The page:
Over on the iRise Users section of the Catalyze community, we’ve had an ongoing discussion thread where users have been displaying their creative side in the iRise Haiku Contest.
The exciting part of creating a great product is nurturing passionate users – passionate users who want to share their enthusiasm and knowledge with others.
I thought I’d share some of the haiku entries below:
A common path to follow
The fog is clearing
It, I simulate
To show the product behavior
They print the word doc
iRise is the key
For BA, UX success
Purchase it today
Who needs top-line growth?
Have an iRise haiku of your own to share? Leave a comment with your submission!
S. Sadagopan who heads consulting and eBusiness for Satyam based in Santa Clara, California (and blogs here) recently wrote an opinion essay entitled “Meet the New CIO” for Sandhill.com.
He starts out by stating the obvious that “business demands are increasing”. In the short term, CIOs need to worry about improving current business processes, controlling enterprise costs and raising workforce performance. Longer term expectations are focused on new strategic capabilities that will use information to attract and retain customers and create new market opportunities. These longer term expectations are pushing CIOs beyond their traditional roles and are targeted at improving growth, innovation and competitive advantage.
Are CIOs up to the task? Probably not. He backs this up by referencing a recent Gartner and Forbes magazine survey that found fewer than 50% of CEOs surveyed hold the CIO responsible for the strategic exploitation of information today. And the need for innovation and change do not diminish in difficult economic times – which leads to a need for a new breed of leadership.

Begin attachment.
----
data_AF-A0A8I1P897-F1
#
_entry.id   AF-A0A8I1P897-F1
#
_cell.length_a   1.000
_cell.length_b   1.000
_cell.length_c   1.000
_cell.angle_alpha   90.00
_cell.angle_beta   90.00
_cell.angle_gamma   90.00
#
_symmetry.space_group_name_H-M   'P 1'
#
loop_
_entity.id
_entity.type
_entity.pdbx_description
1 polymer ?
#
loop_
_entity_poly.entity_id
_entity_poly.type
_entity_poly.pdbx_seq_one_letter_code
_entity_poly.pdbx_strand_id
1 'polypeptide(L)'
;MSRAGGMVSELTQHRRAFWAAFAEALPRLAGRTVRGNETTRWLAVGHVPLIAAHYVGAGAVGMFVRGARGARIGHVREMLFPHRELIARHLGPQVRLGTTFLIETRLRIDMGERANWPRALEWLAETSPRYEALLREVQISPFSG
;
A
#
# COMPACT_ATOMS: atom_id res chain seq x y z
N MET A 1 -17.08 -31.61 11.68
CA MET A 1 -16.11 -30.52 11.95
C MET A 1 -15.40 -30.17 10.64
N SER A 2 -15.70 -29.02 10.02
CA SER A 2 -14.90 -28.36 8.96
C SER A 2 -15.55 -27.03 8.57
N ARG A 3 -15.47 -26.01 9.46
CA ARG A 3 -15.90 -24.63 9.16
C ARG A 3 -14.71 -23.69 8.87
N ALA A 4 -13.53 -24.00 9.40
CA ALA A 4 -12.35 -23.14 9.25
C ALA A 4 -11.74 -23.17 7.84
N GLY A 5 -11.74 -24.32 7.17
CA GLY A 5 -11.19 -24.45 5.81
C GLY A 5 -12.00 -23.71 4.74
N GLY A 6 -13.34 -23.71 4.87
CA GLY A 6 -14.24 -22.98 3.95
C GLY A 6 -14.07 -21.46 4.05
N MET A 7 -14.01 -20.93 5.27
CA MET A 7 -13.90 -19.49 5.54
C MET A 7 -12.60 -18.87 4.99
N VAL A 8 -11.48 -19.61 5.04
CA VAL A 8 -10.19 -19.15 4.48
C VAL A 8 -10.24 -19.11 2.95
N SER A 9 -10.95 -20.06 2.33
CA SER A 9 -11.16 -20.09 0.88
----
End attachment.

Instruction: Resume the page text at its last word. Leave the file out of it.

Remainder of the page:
Ultimately it comes down to balancing supply and demand where supply is the delivery of resources and services to support business functions vs. the demand of helping businesses innovate through better use of technology. As Mr. Sadagopan says, “while every CIO plans to align IT and business strategy, the irony is that they don’t have enough time for effective strategic planning.”
What’s Next? Mr. Sadagopan says that successful CIOs and organizations will:
- Develop (or rebuild) the credibility of the IT organization quickly
- Reposition IT as a “competitive necessity” and connect information and IT capabilities with the company’s strategies and goals
- Influence the perceptions of other members of the senior management team
Mr. Sadagopan also points out that the “CIO of the future will likely spend one-third of his efforts on operational excellence, one-third on transformational efforts and one-third on innovation and business competitiveness.”
If you’re a CIO – where are you spending your time today?
He ended with this admonition, “successful CIOs – and their vendors – must understand and embrace the dramatic evolution of the technology leadership role in order to remain a productive part of enterprise management”. He also provided a list of CIO imperatives and here are just a few of my favorites:
- Drive competitive advantage through innovation
- Nurture ideas that challenge conventional wisdom
- Create separate IT organizations to focus on the supply and the demand side
- Lead business change
Read the complete essay for all of the details at Sandhill.com
[Note: this is an example of live-blogging from a conference. This collection of 8 blog posts came from the 2-day WCBA conference in Anaheim last November]
More than 600 business analysts attended the World Congress for Business Analysts (WCBA) at Disneyland on November 15th and 16th.
iRise was the Executive Sponsor of the conference and we posted the following blog entries on the conference proceedings: